No. 1, Educate Yourself
Ah, investing. I like to think of investing money as putting your money to work for you so you don’t have to work as hard. An added benefit is that investment income is generally taxed at a lower rate than earned income. This means that the money you earn from a normal job is taxed higher than money earned from an investment. So if you have some extra cash lying around and you are not sure where to start, let me share what I’ve learned. Real estate investing is my personal investing vehicle of choice. However, this article is not written to persuade you to invest in real estate, as there are numerous investing options out there. Here’s what I’ve learned the past few years of investing in the stock market, real estate, business start-ups and other investments.
#1 Educate Yourself. This is vitally important. Educate yourself not only on investing in general, but also specifically about the asset class you’re putting your hard-earned money into. Learn everything you can about the market in which you are investing. Understand the pros and cons, the advantages and disadvantages. For example, when you invest in real estate, it’s easy to retain control of the asset, but your funds are less liquid than they would be in the stock market. However, when your money is in the stock market, you do not have control of the performance of the asset. Learn the tax strategies and legal details involved with your investment of choice. This is your hard-earned money; take all the proper precautions!
#2 Get Advice From Wiser, More Seasoned Investors. Mentors are valuable. Talk to others who have invested in this specific arena. If you’re interested in real estate, talk to other real estate investors. If you prefer the stock market, talk to longtime stock market investors. Leveraging the wisdom of others is a powerful investing tool. As the saying goes, “Those who do not learn history are doomed to repeat it.” Learn what key factors impact the type of investment you choose and what mistakes NOT to make as you pursue your financial goals. Your network is your net worth. Make some new relationships, and you’ll shorten your learning curve drastically.
#3 Maintain Control or a Controlling Interest. This is crucial. If you’re a minority or passive investor and do not have controlling interest, you have to get to know the other partners very well. A business partnership is like a marriage. Sometimes it can be difficult to unravel once it’s put in place. Be certain your partners are not dishonest; be certain they are not idiots; and most of all, be certain they’re not dishonest idiots! Do your homework, ask for references and learn as much as possible about the people you are trusting with your money.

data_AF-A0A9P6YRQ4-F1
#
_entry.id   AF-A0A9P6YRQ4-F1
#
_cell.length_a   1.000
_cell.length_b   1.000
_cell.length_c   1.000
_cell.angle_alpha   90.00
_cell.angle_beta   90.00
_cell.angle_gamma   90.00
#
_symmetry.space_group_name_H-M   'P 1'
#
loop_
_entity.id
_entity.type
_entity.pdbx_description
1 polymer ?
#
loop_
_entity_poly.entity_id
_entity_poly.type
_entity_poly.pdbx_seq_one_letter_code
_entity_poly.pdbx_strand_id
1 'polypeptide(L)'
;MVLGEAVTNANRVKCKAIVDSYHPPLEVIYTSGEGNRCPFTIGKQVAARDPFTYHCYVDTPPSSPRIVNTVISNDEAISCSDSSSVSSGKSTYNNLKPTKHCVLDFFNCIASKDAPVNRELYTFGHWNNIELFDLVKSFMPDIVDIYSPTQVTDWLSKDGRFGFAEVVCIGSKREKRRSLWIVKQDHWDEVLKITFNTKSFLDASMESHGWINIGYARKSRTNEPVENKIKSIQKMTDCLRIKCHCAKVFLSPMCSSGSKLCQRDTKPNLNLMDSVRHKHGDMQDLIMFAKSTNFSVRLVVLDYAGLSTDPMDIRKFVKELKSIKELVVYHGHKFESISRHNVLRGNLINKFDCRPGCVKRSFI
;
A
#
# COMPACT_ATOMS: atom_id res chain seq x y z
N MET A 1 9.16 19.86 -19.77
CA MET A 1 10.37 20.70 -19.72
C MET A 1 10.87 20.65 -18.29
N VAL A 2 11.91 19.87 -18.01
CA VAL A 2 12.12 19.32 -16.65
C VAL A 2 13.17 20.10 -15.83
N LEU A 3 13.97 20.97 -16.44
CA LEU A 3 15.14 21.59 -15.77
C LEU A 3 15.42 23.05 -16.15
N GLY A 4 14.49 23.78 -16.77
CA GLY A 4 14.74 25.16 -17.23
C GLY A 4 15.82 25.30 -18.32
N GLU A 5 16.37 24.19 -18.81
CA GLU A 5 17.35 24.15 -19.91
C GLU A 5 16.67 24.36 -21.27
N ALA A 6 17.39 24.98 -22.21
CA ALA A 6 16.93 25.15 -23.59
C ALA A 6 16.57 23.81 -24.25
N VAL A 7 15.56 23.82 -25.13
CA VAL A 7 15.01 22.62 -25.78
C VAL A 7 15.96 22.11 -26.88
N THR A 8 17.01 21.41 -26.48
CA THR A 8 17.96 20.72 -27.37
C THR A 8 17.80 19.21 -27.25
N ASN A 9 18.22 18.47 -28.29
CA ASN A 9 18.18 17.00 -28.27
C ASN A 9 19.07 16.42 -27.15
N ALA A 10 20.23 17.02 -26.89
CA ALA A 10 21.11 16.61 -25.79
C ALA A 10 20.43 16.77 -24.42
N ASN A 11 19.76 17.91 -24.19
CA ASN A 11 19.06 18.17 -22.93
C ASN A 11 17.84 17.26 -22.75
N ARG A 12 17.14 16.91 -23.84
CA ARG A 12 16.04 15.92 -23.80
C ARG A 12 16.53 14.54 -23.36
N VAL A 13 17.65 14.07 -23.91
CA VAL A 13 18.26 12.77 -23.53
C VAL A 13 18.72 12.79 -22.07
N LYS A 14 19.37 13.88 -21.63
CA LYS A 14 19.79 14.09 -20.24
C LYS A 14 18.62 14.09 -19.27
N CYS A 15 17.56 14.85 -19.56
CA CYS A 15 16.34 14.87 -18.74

#4 Understand the investment. This one is simple: If you do not understand the investment, do not invest. Make sure you comprehend the return schedule, profit sharing, contingency plan, exit strategy, etc. If you’re a partner in an investment that you do not understand, it will be more difficult for you to evaluate the performance of the investment. It can also be more difficult to keep the other players accountable if they can siphon funds or profits without you noticing. If you’re a beginning investor, keep it simple at first. Always learn and expand your knowledge so you can continually invest in more sophisticated projects.
#5 Be rational, logical and unemotional. Emotions are not your friend in the investing world. Never fall in love with an investment. Know when to say “no” and also when to pull the plug. Stay calm and go by real data, not your feelings. I will admit that there’s a lot to be said for trusting your gut instinct, but when managing your investment, never act (or react) out of anger, spite, etc. Beware of trends, hype and speculation. If timed right, these trends can be profitable. They only last a brief moment, as our attention spans are shortening and we quickly become bored and ready for the next cool new gadget.
So there you have it. At the end of the day, it’s your money and your choice what to invest in. Remember, you have your own expertise, your own goals and your own risk threshold. Do what you’re comfortable with. Wishing you much profit and enjoyment with your investments!
Charles Foster, branch manager of Supreme Lending, Moore, can be reached at 618.3801 or 696.0072 or Charles.Foster@supremelending.com.